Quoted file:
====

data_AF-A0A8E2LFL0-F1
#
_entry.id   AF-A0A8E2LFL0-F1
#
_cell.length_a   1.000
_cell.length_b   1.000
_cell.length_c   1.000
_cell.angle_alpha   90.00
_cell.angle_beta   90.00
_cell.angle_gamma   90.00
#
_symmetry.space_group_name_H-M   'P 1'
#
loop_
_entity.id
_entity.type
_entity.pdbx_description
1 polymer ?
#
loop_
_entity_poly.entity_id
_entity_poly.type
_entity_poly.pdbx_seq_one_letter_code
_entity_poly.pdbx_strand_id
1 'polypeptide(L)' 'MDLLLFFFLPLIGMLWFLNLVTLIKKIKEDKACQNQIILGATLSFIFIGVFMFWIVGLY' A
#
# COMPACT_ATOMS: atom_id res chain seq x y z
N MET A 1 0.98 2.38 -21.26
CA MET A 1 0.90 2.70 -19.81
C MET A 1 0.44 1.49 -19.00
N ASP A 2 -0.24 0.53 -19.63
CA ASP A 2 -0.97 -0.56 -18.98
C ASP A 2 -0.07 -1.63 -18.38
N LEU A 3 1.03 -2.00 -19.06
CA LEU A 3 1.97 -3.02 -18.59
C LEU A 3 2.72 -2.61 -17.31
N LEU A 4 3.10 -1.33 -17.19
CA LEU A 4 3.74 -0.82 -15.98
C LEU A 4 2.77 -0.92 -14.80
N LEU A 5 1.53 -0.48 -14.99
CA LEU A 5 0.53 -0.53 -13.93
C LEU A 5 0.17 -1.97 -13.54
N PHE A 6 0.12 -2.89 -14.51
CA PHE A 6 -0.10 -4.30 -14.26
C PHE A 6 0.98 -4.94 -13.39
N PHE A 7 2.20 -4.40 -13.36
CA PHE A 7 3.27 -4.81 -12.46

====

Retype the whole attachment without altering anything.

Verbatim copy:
data_AF-A0A8E2LFL0-F1
#
_entry.id   AF-A0A8E2LFL0-F1
#
_cell.length_a   1.000
_cell.length_b   1.000
_cell.length_c   1.000
_cell.angle_alpha   90.00
_cell.angle_beta   90.00
_cell.angle_gamma   90.00
#
_symmetry.space_group_name_H-M   'P 1'
#
loop_
_entity.id
_entity.type
_entity.pdbx_description
1 polymer ?
#
loop_
_entity_poly.entity_id
_entity_poly.type
_entity_poly.pdbx_seq_one_letter_code
_entity_poly.pdbx_strand_id
1 'polypeptide(L)' 'MDLLLFFFLPLIGMLWFLNLVTLIKKIKEDKACQNQIILGATLSFIFIGVFMFWIVGLY' A
#
# COMPACT_ATOMS: atom_id res chain seq x y z
N MET A 1 0.98 2.38 -21.26
CA MET A 1 0.90 2.70 -19.81
C MET A 1 0.44 1.49 -19.00
N ASP A 2 -0.24 0.53 -19.63
CA ASP A 2 -0.97 -0.56 -18.98
C ASP A 2 -0.07 -1.63 -18.38
N LEU A 3 1.03 -2.00 -19.06
CA LEU A 3 1.97 -3.02 -18.59
C LEU A 3 2.72 -2.61 -17.31
N LEU A 4 3.10 -1.33 -17.19
CA LEU A 4 3.74 -0.82 -15.98
C LEU A 4 2.77 -0.92 -14.80
N LEU A 5 1.53 -0.48 -14.99
CA LEU A 5 0.53 -0.53 -13.93
C LEU A 5 0.17 -1.97 -13.54
N PHE A 6 0.12 -2.89 -14.51
CA PHE A 6 -0.10 -4.30 -14.26
C PHE A 6 0.98 -4.94 -13.39
N PHE A 7 2.20 -4.40 -13.36
CA PHE A 7 3.27 -4.81 -12.46